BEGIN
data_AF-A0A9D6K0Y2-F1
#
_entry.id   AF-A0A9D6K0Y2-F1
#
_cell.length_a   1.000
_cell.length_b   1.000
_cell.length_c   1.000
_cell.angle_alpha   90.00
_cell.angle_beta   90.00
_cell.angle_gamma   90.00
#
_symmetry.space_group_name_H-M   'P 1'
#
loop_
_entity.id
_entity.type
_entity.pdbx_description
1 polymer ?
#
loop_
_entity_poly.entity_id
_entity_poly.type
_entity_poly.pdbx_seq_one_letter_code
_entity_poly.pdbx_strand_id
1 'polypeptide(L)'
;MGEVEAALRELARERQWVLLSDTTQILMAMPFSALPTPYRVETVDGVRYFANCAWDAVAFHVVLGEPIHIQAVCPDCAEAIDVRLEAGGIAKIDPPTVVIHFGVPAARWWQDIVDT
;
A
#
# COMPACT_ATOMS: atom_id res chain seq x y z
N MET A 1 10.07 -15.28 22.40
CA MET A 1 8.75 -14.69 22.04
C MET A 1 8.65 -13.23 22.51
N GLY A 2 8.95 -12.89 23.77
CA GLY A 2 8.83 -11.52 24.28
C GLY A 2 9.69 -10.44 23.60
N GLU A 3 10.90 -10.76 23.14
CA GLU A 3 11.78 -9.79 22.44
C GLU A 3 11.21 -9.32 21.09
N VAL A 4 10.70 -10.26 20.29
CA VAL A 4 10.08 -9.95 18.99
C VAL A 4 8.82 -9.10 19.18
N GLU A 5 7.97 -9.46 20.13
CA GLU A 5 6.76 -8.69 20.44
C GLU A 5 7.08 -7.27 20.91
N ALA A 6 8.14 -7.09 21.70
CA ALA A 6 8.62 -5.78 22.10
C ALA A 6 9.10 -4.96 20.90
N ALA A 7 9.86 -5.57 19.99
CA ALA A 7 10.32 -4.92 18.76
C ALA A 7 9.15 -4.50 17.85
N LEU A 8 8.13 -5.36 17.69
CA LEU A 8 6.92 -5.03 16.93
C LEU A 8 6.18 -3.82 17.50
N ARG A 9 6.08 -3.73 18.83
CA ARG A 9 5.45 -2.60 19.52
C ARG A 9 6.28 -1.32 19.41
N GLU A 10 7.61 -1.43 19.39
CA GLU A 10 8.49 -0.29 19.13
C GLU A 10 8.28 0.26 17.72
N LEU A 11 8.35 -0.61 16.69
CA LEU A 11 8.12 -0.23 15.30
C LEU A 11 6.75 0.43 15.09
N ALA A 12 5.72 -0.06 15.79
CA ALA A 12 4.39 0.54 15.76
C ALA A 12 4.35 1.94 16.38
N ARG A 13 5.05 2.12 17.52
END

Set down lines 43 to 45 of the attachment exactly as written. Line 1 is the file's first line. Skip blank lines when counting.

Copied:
N GLU A 5 7.97 -9.46 20.13
CA GLU A 5 6.76 -8.69 20.44
C GLU A 5 7.08 -7.27 20.91